Three months after the suspension order, the supporters of Danao on December filed a recall petition against the suspended mayor’s political detractors, who were behind the administrative raps that resulted in Danao’s 20-month suspension after the Provincial Board pronounced him guilty of various counts of grave misconduct, gross negligence, and conduct prejudicial to the best interest of service.
The provincial board, acting as a quasi-judicial body, heard the administrative cases filed against Danao on May 25 by the municipal council for grave misconduct, gross negligence, and conduct prejudicial to the best interest of service in violation of the Anti-Graft and Corrupt Practices Act.
The complaint was anchored on the permit that Danao had granted to a cockpit arena in Barangay Antipuluan, which was issued without the approval of the municipal council.
The municipal council also pointed out that Danao allegedly failed to prepare and submit the executive budget for 2020 and failed to efficiently enforce and implement Municipal Ordinance No. 2020-976, a budget measure appropriating P9,864,598.24 for the purchase of equipment and facilities needed by the locality to effectively respond to the coronavirus disease threat.
The municipal council also accused Danao of mismanagement that subsequently resulted in an alleged “decrease in the productivity” of the Narra Municipal Water System.
4. Undocumented Chinese nationals enter PPC
A Palawan court has convicted 10 Chinese nationals who illegally entered the city waters at Barangay Concepcion in Puerto Princesa early July 21.
Presiding judge Ambrosio De Luna of Regional Trial Court Branch 51 in Puerto Princesa City, in a decision rendered on November 6, found guilty Deng Kang Xiang, 44; Luo Xiao Giang, 34; Xu Yuan Sen, 21; Chen Zhen Gi, 65; Zhou Wei, 35; Chang Liu Ging,27; Zhao Jian Hui, 37; Lien Nua Wei, 27; Zhao Zhou Yin, 37; and Luo Shui Sheng, 35, in violation of Section 46 of Commonwealth Act 613, or Philippine Immigration Act of 1940.
The group of Chinese nationals was sentenced to five years of imprisonment, and a penalty of P5,000 each.
3. Illegal wildlife trade
A report published by TRAFFIC, a non-government organization that monitors the international trade of wild animals and plants, found that the illegal pangolin trade in the Philippines increased nine-fold in the last two years, with the authorities confiscating an estimated 6,894 pangolins between 2018 and 2019.
In January, authorities seized 20 Philippine pangolins from a local wildlife trafficker in El Nido, Palawan, and released them back into the wild. There have also been three more retrieval incidents of smuggled pangolins since the start of the year.
An estimated 25,000 kilos of empty giant clam shells worth P25 million were seized by local officials in Sitio Dandulit in the village of Buliluyan in the southern Palawan municipality of Bataraza in November.
Local resident Junie Ocampo, whom the authorities believed to be the owner of the seized taklobo shells, was reportedly due to trade them illegally to an unidentified buyer when personnel from the barangay, Naval Forces West (NFW), and Palawan Council for Sustainable Development (PCSD) intercepted the operation.
In October, a resident of Narra town has been charged by maritime police authorities for violating the Philippine Fisheries Code by selling giant clam shells worth around P2.5 million.
In Taytay, wildlife products estimated to value around P700,000 were seized from suspected traders in June. The law enforcers found more or less 27 kilograms of seahorses and 78 kilograms of endangered seadragons amounting to around P700,000, without necessary documents from the proper authorities.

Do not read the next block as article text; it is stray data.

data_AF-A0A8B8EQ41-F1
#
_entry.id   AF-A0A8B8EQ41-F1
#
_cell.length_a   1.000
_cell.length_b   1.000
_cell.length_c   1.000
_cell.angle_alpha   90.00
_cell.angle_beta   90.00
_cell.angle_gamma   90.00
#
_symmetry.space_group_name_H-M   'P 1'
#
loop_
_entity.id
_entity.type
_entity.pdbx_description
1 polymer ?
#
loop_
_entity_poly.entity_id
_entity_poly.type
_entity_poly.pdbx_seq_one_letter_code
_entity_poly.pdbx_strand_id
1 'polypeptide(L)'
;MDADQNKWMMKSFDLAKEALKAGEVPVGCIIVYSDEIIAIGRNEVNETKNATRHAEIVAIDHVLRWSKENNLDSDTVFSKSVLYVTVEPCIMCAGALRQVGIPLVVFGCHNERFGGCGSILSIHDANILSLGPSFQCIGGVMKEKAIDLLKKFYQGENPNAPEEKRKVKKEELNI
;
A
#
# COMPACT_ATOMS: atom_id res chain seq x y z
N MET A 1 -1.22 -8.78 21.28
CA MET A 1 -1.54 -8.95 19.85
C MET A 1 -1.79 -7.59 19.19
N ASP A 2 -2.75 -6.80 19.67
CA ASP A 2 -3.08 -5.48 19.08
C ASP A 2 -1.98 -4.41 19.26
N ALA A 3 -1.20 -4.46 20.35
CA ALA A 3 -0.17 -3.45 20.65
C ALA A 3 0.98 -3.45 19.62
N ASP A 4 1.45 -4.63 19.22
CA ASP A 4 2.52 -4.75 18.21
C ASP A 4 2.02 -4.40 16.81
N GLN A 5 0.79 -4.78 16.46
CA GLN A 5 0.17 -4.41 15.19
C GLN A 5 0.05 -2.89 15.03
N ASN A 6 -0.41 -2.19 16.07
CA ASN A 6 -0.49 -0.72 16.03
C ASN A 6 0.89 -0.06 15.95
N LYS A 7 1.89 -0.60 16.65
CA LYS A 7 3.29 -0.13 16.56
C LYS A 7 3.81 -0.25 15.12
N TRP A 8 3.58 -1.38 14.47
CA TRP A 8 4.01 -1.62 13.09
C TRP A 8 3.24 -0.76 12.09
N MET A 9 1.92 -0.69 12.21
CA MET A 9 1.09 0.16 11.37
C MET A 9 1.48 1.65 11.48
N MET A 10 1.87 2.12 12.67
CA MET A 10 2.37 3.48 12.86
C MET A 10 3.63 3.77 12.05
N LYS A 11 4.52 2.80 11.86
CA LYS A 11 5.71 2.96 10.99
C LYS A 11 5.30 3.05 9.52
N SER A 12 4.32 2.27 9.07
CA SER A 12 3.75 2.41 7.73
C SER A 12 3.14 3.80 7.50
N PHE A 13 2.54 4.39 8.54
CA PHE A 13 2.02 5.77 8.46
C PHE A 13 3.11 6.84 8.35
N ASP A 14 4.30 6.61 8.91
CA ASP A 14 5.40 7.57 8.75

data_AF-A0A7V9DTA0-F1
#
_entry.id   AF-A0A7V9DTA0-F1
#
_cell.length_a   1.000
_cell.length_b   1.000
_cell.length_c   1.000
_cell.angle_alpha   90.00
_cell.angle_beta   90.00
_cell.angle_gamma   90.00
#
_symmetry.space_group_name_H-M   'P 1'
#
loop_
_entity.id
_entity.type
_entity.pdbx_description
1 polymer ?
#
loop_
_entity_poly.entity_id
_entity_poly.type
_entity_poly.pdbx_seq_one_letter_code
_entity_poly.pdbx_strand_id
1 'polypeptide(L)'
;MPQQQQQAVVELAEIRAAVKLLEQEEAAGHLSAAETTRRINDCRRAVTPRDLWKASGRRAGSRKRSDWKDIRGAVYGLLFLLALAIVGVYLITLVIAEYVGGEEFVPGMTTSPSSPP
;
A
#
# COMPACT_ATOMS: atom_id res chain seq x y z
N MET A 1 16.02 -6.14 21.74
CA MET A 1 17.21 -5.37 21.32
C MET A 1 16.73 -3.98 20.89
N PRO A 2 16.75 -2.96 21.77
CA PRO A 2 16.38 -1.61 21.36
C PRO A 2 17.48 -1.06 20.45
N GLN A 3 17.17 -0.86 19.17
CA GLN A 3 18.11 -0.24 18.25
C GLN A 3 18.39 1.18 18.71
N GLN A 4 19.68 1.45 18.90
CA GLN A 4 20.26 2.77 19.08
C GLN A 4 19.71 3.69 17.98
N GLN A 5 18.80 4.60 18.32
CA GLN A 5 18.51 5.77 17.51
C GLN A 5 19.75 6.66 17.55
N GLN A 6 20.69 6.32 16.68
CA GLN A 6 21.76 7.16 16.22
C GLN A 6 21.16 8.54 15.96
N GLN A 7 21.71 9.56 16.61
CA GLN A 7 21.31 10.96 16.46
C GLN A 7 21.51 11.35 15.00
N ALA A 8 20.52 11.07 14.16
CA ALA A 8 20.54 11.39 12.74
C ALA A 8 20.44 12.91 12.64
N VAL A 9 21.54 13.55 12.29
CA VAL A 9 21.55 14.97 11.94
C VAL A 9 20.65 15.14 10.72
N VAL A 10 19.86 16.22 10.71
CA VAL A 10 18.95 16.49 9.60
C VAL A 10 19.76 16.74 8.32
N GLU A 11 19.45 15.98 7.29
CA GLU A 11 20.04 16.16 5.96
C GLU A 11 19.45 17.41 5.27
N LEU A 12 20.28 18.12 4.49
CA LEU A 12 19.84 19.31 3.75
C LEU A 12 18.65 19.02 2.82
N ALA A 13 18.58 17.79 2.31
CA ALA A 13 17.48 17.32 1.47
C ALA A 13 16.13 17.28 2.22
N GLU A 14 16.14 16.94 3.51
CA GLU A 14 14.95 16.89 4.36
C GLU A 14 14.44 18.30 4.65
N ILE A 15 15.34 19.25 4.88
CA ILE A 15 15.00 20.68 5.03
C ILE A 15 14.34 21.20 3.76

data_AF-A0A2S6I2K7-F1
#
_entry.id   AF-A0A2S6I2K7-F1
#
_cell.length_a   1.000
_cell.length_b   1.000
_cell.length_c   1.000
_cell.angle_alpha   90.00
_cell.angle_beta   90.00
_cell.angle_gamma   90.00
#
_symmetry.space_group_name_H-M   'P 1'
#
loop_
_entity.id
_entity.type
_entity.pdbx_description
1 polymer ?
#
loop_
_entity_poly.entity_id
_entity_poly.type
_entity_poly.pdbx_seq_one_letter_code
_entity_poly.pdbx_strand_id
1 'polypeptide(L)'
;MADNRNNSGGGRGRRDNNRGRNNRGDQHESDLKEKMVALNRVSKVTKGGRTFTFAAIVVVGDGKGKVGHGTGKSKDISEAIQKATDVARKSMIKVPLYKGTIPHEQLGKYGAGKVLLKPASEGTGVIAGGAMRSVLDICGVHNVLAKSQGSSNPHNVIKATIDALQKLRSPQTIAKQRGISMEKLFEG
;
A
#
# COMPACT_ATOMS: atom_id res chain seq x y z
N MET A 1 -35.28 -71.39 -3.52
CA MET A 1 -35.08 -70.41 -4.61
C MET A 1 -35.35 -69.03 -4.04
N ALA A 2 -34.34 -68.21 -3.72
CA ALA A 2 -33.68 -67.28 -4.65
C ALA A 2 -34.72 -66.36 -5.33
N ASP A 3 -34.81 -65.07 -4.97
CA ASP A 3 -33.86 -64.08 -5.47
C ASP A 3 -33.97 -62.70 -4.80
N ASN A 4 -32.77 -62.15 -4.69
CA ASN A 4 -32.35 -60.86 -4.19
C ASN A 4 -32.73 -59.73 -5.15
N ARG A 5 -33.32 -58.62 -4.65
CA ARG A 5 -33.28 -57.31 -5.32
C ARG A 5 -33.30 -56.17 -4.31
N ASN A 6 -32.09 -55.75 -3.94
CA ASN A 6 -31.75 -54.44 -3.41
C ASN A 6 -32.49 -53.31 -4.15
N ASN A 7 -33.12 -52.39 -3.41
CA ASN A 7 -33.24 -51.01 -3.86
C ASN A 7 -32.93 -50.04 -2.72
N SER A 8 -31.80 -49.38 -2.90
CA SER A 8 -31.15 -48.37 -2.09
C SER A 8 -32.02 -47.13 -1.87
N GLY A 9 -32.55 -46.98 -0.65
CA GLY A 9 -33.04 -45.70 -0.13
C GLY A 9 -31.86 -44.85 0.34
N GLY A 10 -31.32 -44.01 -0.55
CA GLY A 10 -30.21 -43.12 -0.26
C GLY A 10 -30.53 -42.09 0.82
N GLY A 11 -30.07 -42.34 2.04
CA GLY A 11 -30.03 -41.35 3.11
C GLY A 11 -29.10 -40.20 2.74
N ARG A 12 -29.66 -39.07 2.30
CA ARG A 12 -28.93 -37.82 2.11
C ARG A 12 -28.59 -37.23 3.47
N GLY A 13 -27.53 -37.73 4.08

2. Top Palawan education official suspended for grafts charges
The Department of Education (DepEd) had placed Palawan’s top education official, DepEd Schools Division Superintendent Natividad Bayubay, under a 90-day preventive suspension effective last December 1 in connection with multiple administrative charges filed against her by several local senior officials.
The suspension order was approved by education secretary Leonor Briones on December 1 upon the recommendation of the department’s legal office and was effective upon the signing date, after Bayubay had been slapped with formal administrative charges after a preliminary investigation process conducted by the department on the complaints.
Bayubay had been accused by three senior Palawan schoolteachers of allegedly mismanaging funds amounting to nearly P84.7 million based on a report by the Commission on Audit (COA).
One case involved infractions on the procurement and liquidation of special cash advances amounting to P13.2 million. Another case involves the holding of a webinar by the Division office where the participants were charged with P2,000 each without complying with government audit procedures. The third complaint pertains to the holding of another training for senior teachers where the participants were asked to pay P4,500 each.
1. Magcamit murder-slay
As the suspected mastermind has voluntarily surrendered, the local police authorities considered as “solved” case the murder-slay of private lawyer Eric Jay Magcamit, who was gunned down on November 17 in Narra town as he makes his way to a court hearing in Quezon.
Former Palawan provincial police director P/Lt. Col. Nicolas Torre III, in an earlier statement, said Mariano Quioyo, believed to be the mastermind, surrendered on November 28 to the Special Investigation Task Force (SITG) Magcamit.
Quiyo was among nine other suspects (six John Does) implicated in the murder of Magcamit. The other suspects who had already been charged were P/SMSgt. Ariel Pareja and a certain Jazer del Rosario.
According to the police investigation, Quioyo was involved in a land dispute case with Magcamit’s client. Magcamit was shot dead along the national road in Narra municipality in southern Palawan.